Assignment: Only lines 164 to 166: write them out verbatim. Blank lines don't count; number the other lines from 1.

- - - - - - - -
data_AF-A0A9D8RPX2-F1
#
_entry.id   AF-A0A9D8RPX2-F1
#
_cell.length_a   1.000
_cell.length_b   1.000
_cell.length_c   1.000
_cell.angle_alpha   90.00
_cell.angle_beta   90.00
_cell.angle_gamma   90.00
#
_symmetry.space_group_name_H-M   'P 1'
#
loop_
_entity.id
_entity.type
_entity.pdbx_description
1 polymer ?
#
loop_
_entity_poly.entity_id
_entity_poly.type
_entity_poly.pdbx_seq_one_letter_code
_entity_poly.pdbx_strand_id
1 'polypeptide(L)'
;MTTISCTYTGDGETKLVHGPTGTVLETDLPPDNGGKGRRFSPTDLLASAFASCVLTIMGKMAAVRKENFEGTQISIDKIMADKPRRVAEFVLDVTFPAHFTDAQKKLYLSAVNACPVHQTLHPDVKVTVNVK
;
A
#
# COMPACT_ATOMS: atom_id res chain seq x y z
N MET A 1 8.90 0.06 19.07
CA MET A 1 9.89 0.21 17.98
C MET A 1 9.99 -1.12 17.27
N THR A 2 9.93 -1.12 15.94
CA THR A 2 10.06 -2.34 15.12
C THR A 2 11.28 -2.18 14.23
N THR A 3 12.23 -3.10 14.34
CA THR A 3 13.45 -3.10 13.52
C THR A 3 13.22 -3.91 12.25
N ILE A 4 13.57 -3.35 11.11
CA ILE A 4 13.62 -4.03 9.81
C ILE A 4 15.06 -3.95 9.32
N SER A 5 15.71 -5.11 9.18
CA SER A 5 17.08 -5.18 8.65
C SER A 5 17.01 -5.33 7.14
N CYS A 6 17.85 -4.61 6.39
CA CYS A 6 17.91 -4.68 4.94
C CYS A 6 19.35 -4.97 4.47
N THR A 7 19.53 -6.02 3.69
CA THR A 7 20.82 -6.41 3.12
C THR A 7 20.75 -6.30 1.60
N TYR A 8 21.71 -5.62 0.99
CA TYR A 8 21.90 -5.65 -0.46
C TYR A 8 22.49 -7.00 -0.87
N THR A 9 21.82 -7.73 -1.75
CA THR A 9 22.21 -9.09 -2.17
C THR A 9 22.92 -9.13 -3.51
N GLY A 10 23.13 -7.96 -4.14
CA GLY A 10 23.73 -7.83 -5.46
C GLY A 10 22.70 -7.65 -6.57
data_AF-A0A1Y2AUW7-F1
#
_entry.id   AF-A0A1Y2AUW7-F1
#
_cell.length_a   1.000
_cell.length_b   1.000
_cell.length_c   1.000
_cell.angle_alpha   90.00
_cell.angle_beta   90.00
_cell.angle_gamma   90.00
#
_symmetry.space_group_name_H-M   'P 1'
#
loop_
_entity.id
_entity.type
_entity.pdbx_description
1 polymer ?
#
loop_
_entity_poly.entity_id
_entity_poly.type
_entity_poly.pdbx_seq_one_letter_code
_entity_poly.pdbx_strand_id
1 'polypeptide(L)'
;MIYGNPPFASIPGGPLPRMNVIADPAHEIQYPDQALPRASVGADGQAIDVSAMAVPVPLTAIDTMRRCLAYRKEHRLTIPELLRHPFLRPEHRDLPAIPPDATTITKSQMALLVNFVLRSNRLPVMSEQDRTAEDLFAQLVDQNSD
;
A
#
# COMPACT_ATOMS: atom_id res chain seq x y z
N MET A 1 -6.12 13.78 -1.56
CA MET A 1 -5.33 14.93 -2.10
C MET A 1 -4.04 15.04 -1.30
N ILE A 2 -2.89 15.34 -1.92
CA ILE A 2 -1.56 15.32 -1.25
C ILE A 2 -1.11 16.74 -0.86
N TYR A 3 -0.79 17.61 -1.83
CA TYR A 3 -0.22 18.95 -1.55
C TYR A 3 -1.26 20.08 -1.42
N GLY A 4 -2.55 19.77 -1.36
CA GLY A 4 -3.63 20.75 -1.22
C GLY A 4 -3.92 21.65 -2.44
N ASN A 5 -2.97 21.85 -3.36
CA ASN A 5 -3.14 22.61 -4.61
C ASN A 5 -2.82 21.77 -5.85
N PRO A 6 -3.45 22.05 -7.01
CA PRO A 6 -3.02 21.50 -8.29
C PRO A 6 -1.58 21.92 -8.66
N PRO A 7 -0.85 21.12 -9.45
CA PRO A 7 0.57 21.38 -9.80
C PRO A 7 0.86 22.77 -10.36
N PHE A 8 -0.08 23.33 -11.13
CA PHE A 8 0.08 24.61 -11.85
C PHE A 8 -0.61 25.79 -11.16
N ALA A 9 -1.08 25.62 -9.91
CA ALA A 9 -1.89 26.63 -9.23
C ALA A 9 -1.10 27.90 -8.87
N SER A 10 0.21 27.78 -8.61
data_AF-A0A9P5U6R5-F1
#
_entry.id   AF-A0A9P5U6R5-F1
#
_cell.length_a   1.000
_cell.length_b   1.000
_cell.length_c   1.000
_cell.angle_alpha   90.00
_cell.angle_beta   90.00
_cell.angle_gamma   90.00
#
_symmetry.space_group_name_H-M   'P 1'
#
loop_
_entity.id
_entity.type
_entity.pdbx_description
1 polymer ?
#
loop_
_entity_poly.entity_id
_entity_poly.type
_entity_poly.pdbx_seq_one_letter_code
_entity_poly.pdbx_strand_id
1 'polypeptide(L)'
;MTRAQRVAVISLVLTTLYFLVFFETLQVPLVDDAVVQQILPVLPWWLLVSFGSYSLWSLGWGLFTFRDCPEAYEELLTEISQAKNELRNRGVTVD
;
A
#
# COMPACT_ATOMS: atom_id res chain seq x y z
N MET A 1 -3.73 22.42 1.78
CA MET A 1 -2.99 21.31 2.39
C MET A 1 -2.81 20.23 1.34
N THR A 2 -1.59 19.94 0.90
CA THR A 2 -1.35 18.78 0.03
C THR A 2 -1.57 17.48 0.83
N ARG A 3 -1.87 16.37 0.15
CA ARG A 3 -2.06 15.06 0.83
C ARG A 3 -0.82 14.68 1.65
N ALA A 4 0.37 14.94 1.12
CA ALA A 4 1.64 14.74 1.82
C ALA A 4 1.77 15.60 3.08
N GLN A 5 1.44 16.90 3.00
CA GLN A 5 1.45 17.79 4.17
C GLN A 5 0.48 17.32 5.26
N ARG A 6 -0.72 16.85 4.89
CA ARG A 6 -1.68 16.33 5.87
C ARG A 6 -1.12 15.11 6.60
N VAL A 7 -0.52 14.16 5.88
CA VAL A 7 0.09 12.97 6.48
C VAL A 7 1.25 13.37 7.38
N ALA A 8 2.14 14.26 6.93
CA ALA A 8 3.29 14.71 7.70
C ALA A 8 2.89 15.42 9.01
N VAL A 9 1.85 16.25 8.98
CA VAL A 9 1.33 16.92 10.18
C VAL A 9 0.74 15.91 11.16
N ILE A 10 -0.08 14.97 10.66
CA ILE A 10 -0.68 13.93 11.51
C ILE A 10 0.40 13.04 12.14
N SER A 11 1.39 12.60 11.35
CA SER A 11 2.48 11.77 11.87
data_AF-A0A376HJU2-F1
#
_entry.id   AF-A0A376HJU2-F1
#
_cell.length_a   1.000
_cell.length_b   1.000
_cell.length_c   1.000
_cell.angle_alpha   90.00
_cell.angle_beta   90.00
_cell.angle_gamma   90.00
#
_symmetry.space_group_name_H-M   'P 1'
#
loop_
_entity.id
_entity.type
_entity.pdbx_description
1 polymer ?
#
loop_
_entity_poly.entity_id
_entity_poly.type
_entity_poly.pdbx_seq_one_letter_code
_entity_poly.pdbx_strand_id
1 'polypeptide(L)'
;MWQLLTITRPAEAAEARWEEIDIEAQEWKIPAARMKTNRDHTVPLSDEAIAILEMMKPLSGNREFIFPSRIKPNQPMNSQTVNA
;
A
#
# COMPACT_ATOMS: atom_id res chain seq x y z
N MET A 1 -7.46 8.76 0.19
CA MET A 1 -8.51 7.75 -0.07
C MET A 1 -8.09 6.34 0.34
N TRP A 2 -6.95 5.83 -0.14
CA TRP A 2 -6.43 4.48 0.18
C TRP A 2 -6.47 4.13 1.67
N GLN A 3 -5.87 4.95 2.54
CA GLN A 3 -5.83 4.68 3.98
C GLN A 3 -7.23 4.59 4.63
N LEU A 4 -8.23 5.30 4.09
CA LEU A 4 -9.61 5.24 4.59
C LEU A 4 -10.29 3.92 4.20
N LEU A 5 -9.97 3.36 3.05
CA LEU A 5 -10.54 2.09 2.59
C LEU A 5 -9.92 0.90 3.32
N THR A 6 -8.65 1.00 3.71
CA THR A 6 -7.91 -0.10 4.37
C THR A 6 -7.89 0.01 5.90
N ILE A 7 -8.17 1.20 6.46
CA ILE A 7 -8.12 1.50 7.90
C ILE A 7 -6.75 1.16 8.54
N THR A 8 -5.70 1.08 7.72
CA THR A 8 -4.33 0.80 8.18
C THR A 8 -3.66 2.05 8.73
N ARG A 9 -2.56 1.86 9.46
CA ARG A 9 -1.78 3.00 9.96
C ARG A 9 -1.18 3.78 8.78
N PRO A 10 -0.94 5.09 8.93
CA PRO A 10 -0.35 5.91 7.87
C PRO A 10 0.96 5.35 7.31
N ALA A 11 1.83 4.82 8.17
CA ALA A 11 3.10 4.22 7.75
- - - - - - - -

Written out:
N ARG A 6 -0.72 16.85 4.89
CA ARG A 6 -1.68 16.33 5.87
C ARG A 6 -1.12 15.11 6.60